Chinese State Press Release Attributed To Peng Shuai Raises WTA ‘Concerns’


BEIJING – The professional women’s tennis tour manager questioned the legitimacy of what Chinese state media described as the retraction of a Grand Slam doubles champion who accused a former senior government official of sexual assault.

WTA Chairman and CEO Steve Simon said on Wednesday that a statement attributed to Peng Shuai and tweeted by CGTN, the international arm of Chinese state broadcaster CCTV – which said it contained content from an email she wrote to Simon – “only raises my concerns about his safety and his whereabouts.”

“The WTA and the rest of the world need independent, verifiable proof that they are safe,” said Simon. “I have tried several times to reach her via many forms of communication, to no avail.”

The WTA has said it is ready to pull tournaments out of the country if it does not get a proper response.

Peng is a 35-year-old Chinese woman and a former No. 1 player in the women’s doubles who won titles at Wimbledon in 2013 and Roland Garros in 2014.

She wrote in a lengthy social media post earlier this month that a former Deputy Prime Minister and member of the ruling Communist Party’s Politburo Standing Committee had forced her to have sex despite repeated refusals .

The post was deleted from his verified account on Weibo, one of China’s major social media platforms, and the country’s state-controlled media removed all reporting on the case.

Simon, who on Sunday called for a full investigation and demanded that Peng not be censored, questioned on Wednesday the authenticity of what CGTN said was an email to him in which Peng says she is. safe and that the assault allegation is “not true”.

“I find it hard to believe that Peng Shuai actually wrote down the email we received or believes what is attributed to him,” Simon said. “Peng Shuai showed incredible courage in describing an allegation of sexual assault against a former senior Chinese government official.

“Peng Shuai must be allowed to speak freely, without coercion or intimidation from any source. His allegation of sexual assault must be respected, investigated transparently and without censorship. Women’s voices must be heard and respected, not censored or dictated to. “

Top players including Serena Williams, Naomi Osaka and Novak Djokovic, as well as ATP President Andrea Gaudenzi have spoken, and #WhereisPengShuai is all the rage online.

“I am devastated and shocked to hear the news from my peer, Peng Shuai”, Williams posted on Twitter Thursday. “I hope she is safe and found as soon as possible. This needs to be investigated and we must not remain silent. I send love to her and her family during this incredibly difficult time. #whereispengshuai “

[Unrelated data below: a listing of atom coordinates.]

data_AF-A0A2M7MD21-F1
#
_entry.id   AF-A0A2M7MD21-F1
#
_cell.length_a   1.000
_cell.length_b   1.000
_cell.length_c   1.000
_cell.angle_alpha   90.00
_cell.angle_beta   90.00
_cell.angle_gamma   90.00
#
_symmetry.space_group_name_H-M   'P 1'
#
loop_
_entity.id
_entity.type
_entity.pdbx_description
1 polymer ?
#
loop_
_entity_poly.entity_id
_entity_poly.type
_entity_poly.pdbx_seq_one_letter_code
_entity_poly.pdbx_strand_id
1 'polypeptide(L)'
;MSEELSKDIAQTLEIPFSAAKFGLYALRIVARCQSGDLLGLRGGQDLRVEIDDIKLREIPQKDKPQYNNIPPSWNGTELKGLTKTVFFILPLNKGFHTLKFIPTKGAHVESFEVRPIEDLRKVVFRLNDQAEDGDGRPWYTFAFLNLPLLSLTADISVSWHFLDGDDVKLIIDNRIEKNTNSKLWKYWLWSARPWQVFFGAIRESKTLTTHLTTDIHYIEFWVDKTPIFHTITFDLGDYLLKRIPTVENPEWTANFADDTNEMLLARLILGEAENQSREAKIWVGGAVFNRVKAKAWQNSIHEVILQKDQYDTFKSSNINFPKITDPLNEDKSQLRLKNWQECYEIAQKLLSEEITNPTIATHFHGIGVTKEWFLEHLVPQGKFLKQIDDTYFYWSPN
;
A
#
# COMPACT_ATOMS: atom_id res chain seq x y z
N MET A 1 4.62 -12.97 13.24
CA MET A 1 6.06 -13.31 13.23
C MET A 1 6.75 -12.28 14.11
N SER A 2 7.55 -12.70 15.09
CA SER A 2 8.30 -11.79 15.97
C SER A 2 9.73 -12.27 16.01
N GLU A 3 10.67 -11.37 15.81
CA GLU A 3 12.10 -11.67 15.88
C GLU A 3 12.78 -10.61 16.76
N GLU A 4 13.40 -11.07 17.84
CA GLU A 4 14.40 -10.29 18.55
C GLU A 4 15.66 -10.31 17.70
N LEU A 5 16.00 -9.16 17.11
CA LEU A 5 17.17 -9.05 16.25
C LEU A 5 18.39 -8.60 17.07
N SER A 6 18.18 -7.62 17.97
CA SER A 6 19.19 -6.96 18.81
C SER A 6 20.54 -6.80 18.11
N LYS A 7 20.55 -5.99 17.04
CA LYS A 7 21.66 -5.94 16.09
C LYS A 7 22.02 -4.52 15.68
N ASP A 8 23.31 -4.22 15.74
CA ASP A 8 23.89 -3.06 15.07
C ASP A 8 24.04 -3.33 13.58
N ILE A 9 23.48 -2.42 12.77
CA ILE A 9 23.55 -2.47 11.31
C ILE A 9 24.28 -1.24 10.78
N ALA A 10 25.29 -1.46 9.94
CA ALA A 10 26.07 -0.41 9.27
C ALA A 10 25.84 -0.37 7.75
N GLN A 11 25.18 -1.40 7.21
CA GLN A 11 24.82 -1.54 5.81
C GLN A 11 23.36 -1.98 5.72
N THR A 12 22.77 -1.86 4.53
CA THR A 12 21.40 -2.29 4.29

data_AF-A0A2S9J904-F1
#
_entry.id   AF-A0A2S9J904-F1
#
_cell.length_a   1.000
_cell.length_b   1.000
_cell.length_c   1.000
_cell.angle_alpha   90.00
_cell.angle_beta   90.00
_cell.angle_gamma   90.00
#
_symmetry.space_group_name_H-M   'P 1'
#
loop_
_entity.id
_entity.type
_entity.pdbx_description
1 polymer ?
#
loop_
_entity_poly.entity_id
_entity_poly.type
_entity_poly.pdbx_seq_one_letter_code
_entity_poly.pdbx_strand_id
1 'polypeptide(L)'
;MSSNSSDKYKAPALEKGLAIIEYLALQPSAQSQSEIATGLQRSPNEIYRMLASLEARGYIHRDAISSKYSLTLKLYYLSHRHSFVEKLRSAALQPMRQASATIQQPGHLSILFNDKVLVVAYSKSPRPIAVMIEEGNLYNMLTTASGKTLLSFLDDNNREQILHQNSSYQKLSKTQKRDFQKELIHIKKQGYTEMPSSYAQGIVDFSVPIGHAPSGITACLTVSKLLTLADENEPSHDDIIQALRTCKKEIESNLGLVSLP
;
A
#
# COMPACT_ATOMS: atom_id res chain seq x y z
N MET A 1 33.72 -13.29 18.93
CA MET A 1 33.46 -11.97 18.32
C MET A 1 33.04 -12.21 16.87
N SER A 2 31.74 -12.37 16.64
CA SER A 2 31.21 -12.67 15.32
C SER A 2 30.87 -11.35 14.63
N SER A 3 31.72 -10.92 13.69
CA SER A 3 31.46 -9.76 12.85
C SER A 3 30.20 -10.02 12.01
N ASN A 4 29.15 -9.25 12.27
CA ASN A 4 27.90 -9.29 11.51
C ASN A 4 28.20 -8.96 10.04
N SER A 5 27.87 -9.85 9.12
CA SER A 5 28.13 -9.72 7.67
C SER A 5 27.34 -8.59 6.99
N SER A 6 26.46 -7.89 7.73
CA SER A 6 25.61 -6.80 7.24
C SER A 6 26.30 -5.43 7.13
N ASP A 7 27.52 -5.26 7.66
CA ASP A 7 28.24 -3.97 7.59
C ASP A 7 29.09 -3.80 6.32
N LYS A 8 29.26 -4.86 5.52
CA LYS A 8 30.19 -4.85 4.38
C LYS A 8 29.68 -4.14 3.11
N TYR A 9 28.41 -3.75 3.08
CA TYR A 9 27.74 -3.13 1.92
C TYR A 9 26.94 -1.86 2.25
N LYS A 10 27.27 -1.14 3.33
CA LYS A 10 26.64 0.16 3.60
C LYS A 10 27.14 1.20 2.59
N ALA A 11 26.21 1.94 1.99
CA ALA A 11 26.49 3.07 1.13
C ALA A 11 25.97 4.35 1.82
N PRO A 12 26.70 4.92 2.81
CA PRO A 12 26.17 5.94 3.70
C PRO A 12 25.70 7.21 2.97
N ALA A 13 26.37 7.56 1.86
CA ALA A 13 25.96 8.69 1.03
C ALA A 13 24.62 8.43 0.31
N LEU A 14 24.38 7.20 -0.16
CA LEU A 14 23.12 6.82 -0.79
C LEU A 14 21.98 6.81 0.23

When asked several times about the case, Chinese Foreign Ministry spokesman Zhao Lijian again said on Thursday that he was unaware.

The CGTN is one of the many propaganda tools used by the ruling Communist Party to try to influence foreign opinion. He has been sanctioned on numerous occasions by the British television regulator Ofcom for broadcasting a forced confession by a British businessman, a bookseller in Hong Kong and an employee of the British consulate in Hong Kong.

Earlier this month, Peng wrote that Zhang Gaoli had forced her to have sex despite repeated refusals after playing tennis three years ago. She said that Zhang’s wife was guarding the door during the incident.

Her post also stated that they had had sex once seven years ago and that she had feelings for him after that.

As usual for retired Chinese officials, Zhang, 75, disappeared from public view after retiring in 2018 and is not known to have intimate professional or political ties to the current rulers.

Peng won 23 tour-level doubles titles and was a semi-finalist in singles at the 2014 US Open. She has not toured since the Qatar Open in February 2020, before the pandemic COVID-19 doesn’t force tennis to take a break.

Peng also participated in three Olympics. The International Olympic Committee and China are hosting the Beijing Winter Games from February 4.

The IOC, which said on Wednesday it was in contact with the International Tennis Federation, released a statement Thursday after the statement attributed to Peng was tweeted by the CGTN.

“We have seen the latest reports and are encouraged by the assurances that she is safe,” the IOC said in its statement.

International Tennis Federation spokeswoman Heather Bowler said Thursday the governing body is in contact with the China Tennis Association and liaising with the WTA and the International Olympic Committee.

“Player safety is always our top priority and we support a full and transparent investigation into this matter,” Bowler wrote in an email to The Associated Press. “Although we have not spoken to the player, we are in contact with the national tennis association in China (CTA) in case they may be able to provide additional information or updates.”

Peng’s charge was the first against a senior government official since the #MeToo movement took hold in China in 2018 before being largely shut down by authorities the same year.


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